Many of the larger, better-known companies - Nintendo (playing cards), Kyocera (ceramics), Wacoal (textiles), Omron (electronics) - were born of humble origins prior to growing into their present incarnations (noted in the parenthesis).

Another product born in Kyoto is Roku Shingan. This is a miracle drug - Chinese herbal medicine - that is good for an upset tummy, dizziness, intestinal pain, and much more.

The tiny black dot-like pills contain the following:

dried cow gallstones
serow (wild goat) horn

Some of the ingredients are no longer commercially available because of environmental restrictions - the Washington Convention. The company, however, insists that it has stocks to last decades.

The banner above right is around the corner from Hirano Shrine, and is where the medicine was born (after the technology was imported from China one hundred years ago).

Short of swearing off booze, it is the closest thing to a cure for a hangover.


Availability is generally limited to Kyoto drug stores following a change in national law governing drugs and distribution thereof

5,250 yen for 48 pills

© JapanVisitor.com

Wednesday, May 12, 2010

Takayoshi Kido Residence Hagi


Takayoshi Kido aka Kido Koin (1833-1877) is my favorite protagonist from the Bakumatsu Period of Japanese history when the Tokugawa regime came crashing down after over 250 years in power, to be replaced by the modernizing and westernizing though extremely conservative Meiji government of 1868.

Takayoshi Kido Residence, Hagi, Yamaguchi Prefecture.

I got to know Kido through his excellent diaries, which recall a by-gone life of late Edo Period Japan. Kido relates a typical day leisurely sailing down the river from Kyoto to Osaka, enjoying sake all the way, spending the evening flirting with geisha in Sakai, before taking a Western ship to Edo - all in the midst of a violent revolution! What calmness under pressure! What elan!

Takayoshi Kido

Kido was the son of a Choshu clan doctor but was adopted by the Katsura family when he was seven years old and was called Katsura Kogoro at this time. As a youth, Kido was a student of Yoshida Shoin in Hagi.

Kido's early life in both Edo and Kyoto was eventful and full of political intrigue and danger as he conspired with Choshu activists in the struggle against the Tokugawa. While in hiding from the feared Shinsengumi swordsmen in Kyoto, Kido sought refuge in a geisha house and was later to marry one of the geisha working there.
Kido also supervised the construction of Choshu's first Western-style ship in Hagi in his role of advisor to the Choshu daimyo.

After the Restoration in 1868, Kido was instrumental in drafting the Five Charter Oath and the legislation that would lead to the abolition of the han (domain) system and the subsequent beginnings of a centralized government. Kido was also part of the Iwakura Mission that toured the USA and Europe in 1871 to study the political and economic institutions of the west.

Kido's residence is preserved in Hagi's Horiuchi quarter and is a simple Japanese-style house with tatami floors in lots of small rooms. There are two entrances: one for family members and the other for guests.

Kido died early after a long illness, possibly TB and beri-beri, exacerbated by the prodigious amounts of sake he seems to have drunk throughout his life.

"I drank more than I should have tonight, and I dreamed endlessly. At times the moon shone brightly, then again it was hidden behind a cloud. My two acquaintances have died, so I do not record their names; but I grieve for them."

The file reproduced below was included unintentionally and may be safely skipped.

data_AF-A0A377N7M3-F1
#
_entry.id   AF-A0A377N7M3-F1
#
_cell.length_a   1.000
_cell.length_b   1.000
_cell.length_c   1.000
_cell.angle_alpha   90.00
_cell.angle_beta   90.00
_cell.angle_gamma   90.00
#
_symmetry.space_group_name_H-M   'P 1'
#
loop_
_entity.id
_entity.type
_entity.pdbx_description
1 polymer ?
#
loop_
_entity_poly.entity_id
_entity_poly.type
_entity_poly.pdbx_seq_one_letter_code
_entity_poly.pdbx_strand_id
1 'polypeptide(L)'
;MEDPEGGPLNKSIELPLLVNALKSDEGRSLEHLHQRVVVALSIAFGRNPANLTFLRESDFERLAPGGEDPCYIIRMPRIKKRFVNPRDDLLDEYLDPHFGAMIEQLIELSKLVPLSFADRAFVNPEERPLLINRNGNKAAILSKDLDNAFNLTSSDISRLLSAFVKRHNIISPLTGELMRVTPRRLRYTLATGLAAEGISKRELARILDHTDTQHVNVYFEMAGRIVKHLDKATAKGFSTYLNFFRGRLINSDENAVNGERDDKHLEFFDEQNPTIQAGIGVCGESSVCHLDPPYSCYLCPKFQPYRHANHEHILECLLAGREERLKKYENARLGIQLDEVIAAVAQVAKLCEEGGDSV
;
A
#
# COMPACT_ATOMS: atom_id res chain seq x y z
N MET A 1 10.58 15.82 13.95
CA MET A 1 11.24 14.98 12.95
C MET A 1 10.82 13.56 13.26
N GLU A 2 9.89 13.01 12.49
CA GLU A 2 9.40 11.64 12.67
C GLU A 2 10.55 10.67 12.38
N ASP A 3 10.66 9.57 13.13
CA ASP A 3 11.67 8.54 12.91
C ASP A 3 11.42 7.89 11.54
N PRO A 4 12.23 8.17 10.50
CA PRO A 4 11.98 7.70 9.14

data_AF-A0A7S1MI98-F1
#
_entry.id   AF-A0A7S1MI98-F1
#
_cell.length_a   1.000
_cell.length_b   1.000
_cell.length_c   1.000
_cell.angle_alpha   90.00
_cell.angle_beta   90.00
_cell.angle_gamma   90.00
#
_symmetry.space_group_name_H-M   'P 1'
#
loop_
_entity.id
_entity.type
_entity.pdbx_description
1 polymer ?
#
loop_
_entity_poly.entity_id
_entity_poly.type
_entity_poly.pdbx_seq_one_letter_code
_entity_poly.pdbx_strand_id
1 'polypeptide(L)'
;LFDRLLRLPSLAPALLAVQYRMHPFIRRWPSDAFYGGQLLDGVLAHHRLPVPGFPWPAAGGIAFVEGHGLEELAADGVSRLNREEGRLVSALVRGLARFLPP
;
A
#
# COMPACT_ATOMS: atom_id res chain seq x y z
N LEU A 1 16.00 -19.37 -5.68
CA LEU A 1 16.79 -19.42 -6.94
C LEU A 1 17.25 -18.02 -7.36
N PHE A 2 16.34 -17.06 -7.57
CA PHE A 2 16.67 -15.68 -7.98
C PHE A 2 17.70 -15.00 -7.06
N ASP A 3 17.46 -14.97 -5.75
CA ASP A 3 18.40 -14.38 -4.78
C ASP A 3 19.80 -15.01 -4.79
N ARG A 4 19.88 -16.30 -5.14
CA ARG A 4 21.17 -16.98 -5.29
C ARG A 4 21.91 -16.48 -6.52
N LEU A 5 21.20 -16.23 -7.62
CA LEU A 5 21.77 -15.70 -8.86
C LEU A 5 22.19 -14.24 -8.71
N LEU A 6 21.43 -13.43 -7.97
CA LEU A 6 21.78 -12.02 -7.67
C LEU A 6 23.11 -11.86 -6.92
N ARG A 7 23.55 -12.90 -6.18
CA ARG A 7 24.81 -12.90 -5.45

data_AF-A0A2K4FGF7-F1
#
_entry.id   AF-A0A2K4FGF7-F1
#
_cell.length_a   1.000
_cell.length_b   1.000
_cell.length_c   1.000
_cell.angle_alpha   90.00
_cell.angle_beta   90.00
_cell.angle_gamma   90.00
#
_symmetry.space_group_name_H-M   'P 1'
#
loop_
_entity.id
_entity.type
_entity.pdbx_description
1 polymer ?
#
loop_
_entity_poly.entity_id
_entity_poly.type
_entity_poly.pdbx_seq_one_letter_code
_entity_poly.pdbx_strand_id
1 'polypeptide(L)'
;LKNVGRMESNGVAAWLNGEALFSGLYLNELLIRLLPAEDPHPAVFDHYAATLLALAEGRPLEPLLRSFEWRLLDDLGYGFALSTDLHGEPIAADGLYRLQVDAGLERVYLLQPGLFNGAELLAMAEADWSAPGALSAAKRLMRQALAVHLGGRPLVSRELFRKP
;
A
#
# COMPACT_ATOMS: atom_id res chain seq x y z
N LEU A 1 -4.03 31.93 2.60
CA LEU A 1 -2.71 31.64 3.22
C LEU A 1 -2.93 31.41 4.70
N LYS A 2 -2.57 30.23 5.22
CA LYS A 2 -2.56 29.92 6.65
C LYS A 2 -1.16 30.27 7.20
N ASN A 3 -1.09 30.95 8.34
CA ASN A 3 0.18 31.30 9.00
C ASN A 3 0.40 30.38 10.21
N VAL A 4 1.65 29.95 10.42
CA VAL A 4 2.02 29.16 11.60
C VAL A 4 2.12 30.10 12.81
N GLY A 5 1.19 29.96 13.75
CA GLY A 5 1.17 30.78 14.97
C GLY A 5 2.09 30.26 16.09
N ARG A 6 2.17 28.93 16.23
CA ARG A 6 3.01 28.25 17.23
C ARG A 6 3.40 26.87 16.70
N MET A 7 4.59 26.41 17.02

Excerpt from Kido's diary August 6, 1868

Hagi's many attractions include its beautiful walls, the historic Meirin Elementary SchoolShoin Shrine, the Takayoshi Kido residenceKikugahama Beach, a tour boat of Hagi and Ito Hirobumi's Residence.

© JapanVisitor.com

Tuesday, May 11, 2010

Kyoto International Scene Escape Event

Kyoto International Scene Escape Event

Start Time: Friday, 5月14日 May 14, 2010 at 20:00pm
End Time: Saturday, 5月15日 May 15, 2010 at 4:00am After party is free!
Location: Club WORLD
Street: BF-2F IMAGIUM, 97 Shinmachi Shijyo-agaru Nishi-Kiyamachi Shimogyou-ku
City/Town:Kyoto, Japan

BLOG: kyotois.blogspot.com

ESCAPE the drama, stress, and problems by having a GREAT NIGHT at Club WORLD! (TAKE A LOOK AT WORLD www.world-kyoto.com/ ) Come meet new people, make new friends, and enjoy yourself!
新しい友達に会えるかも ♡♡♡♡♡ 楽しんじゃってください!

INTERNATIONAL DJs playing the hottest songs in the world!

CONFIRMED DJs- Some of the hottest spinning in Kyoto, Osaka, and Internationally!!!!
DJ SoundTroy- Jamaica
DJ Seeb- Italy
DJ AGA- Poland
DJ Killa Carl- America



RSVP-EMAIL: kyotointernationalscene@gmail.com
メールでこちら→ kyotointernationalscene@gmail.com まで!

Directions to WORLD

K.I.S Family (Sponsors):
K101- Kyoto Nightlife 101- Once a month we do tours of local bars. If you attend this K.I.S event you only have to pay 500yen for our next K101 event. More info: info@osakanightlife101.info
K.I.S スポンサー:
K101- Kyoto Nightlife 101- 毎月一回京都でバーツアー慣行中。.このイベントに参加された方は次回のKyoto101には500円で参加していただけます
More info: info@osakanightlife101.info

© JapanVisitor.com

Monday, May 10, 2010

Renewing A Driving License in Japan


Holders of a Japanese drivers' license will have to renew their license every five years.

Renewing A Driving License in Japan

You will be sent a form 30 days before your birthday and will have 60 days to visit your local driving license center and renew your license. If you fail to attend you will be required to take a Japanese driving test.

To renew your license you will need to present your old license and undertake a perfunctory eye test, be photographed and attend a road safety video lecture.

Renewing A Driving License in Japan

Hundreds of people will be processed on the day you attend and a fee of 3,250 yen will be levied. Expect to stand in long lines.

After attending the road safety video/lecture, your name will be called and your new license will be handed out.

Renewing A Driving License in Japan